Chapter 1: What is social psychology? (pp. 3–20)
What's it about?
Social psychology studies the effects of construction of reality and cognitive processes on the way individuals perceive, influence, and relate to others in order to understand the social behavior of individuals. This is done in a systematic way, using scientific methods, constructed with the awareness of possible error.
Social psychology split from general psychology by maintaining an emphasis on important effects of thoughts, feelings, and behaviors. Human social behavior can be understood in terms of a few fundamental social psychology processes, flowing from eight principles. We shape our own construction of reality by cognitive and social processes. Other people influence this construction by influencing our thoughts, feelings, and behavior, which shows the pervasiveness of social influence. In addition, people's motivations to striving for mastery, seeking connectedness, and valuing me and mine influence their social behaviors.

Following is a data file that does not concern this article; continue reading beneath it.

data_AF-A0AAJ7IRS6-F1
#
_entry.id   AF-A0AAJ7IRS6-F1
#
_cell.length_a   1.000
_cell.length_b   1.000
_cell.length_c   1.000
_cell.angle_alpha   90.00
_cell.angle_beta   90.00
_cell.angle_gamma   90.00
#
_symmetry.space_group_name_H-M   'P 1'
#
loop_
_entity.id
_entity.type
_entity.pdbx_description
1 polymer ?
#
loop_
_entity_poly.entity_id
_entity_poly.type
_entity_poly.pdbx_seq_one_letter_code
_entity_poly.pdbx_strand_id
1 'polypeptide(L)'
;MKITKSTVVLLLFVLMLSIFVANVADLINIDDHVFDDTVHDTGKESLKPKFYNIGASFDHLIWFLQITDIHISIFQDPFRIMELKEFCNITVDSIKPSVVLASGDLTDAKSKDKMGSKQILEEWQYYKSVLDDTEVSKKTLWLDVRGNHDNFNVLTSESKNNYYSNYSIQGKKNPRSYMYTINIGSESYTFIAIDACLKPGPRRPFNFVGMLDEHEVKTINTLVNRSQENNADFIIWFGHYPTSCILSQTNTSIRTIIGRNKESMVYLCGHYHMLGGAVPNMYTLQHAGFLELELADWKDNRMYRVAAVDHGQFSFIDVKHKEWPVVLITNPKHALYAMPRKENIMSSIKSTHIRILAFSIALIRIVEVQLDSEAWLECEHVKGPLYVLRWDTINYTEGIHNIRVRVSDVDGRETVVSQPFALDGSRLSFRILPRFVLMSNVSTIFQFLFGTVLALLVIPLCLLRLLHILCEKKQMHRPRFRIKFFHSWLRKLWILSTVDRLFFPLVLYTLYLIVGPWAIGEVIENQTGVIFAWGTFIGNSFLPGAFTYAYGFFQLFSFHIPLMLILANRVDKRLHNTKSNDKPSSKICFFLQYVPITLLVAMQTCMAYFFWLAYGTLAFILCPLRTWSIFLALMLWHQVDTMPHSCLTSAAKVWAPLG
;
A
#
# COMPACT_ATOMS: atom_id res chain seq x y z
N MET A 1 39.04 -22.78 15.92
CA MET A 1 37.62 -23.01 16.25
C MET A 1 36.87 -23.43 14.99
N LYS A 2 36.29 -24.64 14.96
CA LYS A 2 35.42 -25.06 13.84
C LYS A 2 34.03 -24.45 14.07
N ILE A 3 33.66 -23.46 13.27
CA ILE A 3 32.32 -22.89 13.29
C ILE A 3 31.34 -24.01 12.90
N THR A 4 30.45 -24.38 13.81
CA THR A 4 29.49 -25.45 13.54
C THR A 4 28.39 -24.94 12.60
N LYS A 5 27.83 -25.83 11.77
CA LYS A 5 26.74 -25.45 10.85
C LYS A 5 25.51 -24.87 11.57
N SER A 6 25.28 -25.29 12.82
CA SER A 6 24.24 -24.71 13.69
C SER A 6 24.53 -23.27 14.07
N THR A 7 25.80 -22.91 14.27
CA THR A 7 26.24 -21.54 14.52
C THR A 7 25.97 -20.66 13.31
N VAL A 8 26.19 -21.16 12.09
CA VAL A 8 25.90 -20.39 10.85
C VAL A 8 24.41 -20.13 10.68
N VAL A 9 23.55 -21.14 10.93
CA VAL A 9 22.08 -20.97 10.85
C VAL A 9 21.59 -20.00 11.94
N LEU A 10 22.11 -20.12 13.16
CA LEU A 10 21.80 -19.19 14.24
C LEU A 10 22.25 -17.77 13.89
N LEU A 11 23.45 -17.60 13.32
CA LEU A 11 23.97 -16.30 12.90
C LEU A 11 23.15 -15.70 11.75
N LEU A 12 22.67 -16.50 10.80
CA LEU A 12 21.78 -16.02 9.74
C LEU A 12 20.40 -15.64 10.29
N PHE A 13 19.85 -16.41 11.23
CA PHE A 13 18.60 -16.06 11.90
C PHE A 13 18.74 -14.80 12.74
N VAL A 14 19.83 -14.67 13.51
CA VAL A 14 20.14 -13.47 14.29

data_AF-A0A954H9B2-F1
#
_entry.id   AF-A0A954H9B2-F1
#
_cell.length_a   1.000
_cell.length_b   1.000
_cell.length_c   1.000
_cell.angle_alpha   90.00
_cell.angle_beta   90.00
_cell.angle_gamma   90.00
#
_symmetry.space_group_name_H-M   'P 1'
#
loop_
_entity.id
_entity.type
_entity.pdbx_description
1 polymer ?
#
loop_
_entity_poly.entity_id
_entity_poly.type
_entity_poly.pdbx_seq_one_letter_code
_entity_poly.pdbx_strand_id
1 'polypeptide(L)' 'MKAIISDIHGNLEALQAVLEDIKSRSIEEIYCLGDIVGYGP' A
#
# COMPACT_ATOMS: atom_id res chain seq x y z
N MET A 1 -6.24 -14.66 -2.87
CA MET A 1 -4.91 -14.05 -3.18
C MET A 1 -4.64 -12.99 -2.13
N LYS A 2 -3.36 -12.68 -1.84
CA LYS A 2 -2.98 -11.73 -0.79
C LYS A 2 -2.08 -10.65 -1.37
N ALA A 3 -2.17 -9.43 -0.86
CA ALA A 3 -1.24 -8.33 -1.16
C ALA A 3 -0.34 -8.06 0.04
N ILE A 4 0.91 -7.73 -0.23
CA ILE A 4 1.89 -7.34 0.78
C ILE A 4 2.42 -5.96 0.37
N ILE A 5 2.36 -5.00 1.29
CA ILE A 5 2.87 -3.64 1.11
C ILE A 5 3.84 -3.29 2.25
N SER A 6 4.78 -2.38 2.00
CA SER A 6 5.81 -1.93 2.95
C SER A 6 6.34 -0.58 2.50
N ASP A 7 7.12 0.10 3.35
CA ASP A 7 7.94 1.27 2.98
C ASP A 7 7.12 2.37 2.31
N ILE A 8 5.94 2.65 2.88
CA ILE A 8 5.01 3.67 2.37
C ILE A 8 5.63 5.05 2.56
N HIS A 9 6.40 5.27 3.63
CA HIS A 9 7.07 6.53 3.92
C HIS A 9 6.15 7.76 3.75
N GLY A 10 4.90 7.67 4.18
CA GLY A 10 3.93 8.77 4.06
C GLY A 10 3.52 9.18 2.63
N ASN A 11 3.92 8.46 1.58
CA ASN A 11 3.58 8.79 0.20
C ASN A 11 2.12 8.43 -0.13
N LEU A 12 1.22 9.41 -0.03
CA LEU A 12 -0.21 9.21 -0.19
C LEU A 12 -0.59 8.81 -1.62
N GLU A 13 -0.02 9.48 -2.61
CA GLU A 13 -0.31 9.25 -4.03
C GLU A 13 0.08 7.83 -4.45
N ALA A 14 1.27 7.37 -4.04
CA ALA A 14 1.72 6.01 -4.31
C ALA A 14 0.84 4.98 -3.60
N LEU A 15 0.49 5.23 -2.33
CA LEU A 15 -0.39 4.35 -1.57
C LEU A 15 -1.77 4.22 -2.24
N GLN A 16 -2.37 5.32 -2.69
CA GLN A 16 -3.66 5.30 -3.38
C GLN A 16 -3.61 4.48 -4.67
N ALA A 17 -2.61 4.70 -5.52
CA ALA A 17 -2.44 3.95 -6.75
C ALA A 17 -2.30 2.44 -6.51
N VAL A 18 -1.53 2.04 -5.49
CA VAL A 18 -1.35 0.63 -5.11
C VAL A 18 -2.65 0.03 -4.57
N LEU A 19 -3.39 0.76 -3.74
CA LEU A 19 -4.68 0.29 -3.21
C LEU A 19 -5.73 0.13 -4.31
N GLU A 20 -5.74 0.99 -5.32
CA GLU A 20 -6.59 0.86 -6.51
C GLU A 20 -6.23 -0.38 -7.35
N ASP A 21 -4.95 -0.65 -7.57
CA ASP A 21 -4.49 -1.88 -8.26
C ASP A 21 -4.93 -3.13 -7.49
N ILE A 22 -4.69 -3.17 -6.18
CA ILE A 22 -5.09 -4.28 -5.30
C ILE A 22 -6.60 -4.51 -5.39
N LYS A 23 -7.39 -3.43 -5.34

Finally, social behavior can be understood in terms of the way people process (superficiality versus depth), and consider information (accessibility: accessible information has the most impact). And when views are established, the principle of conservatism holds; established views are slow to change.